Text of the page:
Comments about ‘In our opinion: Cheating scandals’

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Published: Thursday, April 4 2013 12:00 a.m. MDT

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squirt
Taylorsville, ut

First of all, I do NOT condone cheating by any educator. However, the DN has, once again, missed an opportunity to point out an additional critical issue. The emphasis on standardized tests to measure a teacher's performance, determine the pay of that educator, and to close schools is at the heart of the problem.

Standardized tests were designed to measure a student's learning levels at one moment in time. They were NEVER designed for evaluating teachers or their instruction or the efficacy of a school.

The school reformers have sent the public education system down a road with the goal of failure. It is time to give education back to the professionals and stop placating for-profit companies whose only goal is to get a piece of the education money pie.

Howard Beal
Provo, UT

If this many teachers from this many schools (and Atlanta isn't the only city in the only state where this has happened) feel they need to do this, there must be something wrong with the plan. The loss of integrity does look disturbing but teachers need to feed their families like anybody else. It's called self preservation. Since teachers will blamed for test scores and in some cases things way beyond their control in a dysfunctional plan as a whole, I think the pressure was immense. We need to back away from standardized testing. In a similar story in Texas (similar because it's about standardized testing), we have elementary students stressed out and not sleeping because of the stress of these tests. Since teachers and principals are pressured, they have passed this along to the students. Plus real learning needs to go on.

A real honest and hard look at NCLB and standardized testing needs to take place. Is it bringing about the positive changes in education people want? Or is it making things worse including leaving teachers pressured to either cheat like they did in Atlanta or stress out the test takers themselves to do well.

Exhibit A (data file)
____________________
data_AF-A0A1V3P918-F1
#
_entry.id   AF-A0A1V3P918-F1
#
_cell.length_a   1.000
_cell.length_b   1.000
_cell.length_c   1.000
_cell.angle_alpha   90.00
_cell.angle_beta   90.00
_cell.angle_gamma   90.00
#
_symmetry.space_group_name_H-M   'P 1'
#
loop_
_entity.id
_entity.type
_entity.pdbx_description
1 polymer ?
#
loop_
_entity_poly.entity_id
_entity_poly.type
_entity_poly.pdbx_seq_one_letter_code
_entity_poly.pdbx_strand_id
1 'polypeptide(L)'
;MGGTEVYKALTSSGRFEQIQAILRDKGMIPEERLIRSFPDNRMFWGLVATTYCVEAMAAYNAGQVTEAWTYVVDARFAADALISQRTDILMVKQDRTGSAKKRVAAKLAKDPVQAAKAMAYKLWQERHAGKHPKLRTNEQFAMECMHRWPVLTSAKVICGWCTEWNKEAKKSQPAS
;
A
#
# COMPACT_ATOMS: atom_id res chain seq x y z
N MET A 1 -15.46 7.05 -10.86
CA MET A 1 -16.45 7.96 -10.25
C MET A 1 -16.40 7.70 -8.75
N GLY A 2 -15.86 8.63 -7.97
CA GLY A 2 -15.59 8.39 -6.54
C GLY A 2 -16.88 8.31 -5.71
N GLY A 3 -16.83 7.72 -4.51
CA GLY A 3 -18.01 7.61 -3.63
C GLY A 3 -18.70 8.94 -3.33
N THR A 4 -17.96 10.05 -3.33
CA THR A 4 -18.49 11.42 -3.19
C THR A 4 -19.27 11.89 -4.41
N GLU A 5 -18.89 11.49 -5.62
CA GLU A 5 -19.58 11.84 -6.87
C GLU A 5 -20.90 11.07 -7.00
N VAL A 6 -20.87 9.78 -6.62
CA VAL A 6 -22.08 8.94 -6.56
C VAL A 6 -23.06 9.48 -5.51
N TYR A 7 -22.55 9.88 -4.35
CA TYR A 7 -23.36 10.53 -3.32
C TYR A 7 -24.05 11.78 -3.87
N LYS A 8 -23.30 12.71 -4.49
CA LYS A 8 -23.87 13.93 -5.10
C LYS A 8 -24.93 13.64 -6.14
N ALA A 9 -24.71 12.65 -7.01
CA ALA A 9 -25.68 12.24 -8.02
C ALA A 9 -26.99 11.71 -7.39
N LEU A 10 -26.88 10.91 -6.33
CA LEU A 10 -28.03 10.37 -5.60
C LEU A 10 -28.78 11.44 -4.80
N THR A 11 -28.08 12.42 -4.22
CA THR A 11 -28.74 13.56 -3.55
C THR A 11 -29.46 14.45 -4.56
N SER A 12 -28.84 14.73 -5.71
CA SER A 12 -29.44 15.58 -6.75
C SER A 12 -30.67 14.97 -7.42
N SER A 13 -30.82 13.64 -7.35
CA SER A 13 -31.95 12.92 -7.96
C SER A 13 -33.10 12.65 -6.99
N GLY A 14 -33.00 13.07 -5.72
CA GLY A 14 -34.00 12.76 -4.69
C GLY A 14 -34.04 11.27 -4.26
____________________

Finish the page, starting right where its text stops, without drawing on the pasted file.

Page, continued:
Gildas
LOGAN, UT

One things teachers can teach, by their own example and attitude, is honesty, as well as a moral life and attitude generally.

They may not express such things or be permitted to (heaven help us) but the attitudes and practices of teachers are observed by students and wield their influence on developing minds and character. It's a crying shame that apparently so many teachers and administrators are so dishonest in their practices and attitudes. Let's not find excuses for the inexcusable.

Howard Beal
Provo, UT

Gildas, what you said was eloquently stated. However, it still doesn't fix the other problem(s). Students shouldn't be stressed out about these worthless tests which are killing creativity and critical thinking in our schools. When we got a letter from our child's principal about the importance of these tests and some do's and don'ts as they prepare for the big event, things have crossed the line. My second grade student with special needs doesn't need this garbage. It NEEDS to stop. Teachers that cheat are sending a bad message, a horrible message. But at the same time I would also love to address the other issue of whether these standardized tests are helping our education or creating an environment where teachers choose to cheat (regrettably) or where administrators, teachers and children feel inordinate and unhealthy pressure. And yes, some teachers and principals and superintendents will make horrible ethical decisions when faced with their own self-preservation, as would many people in whatever field of work.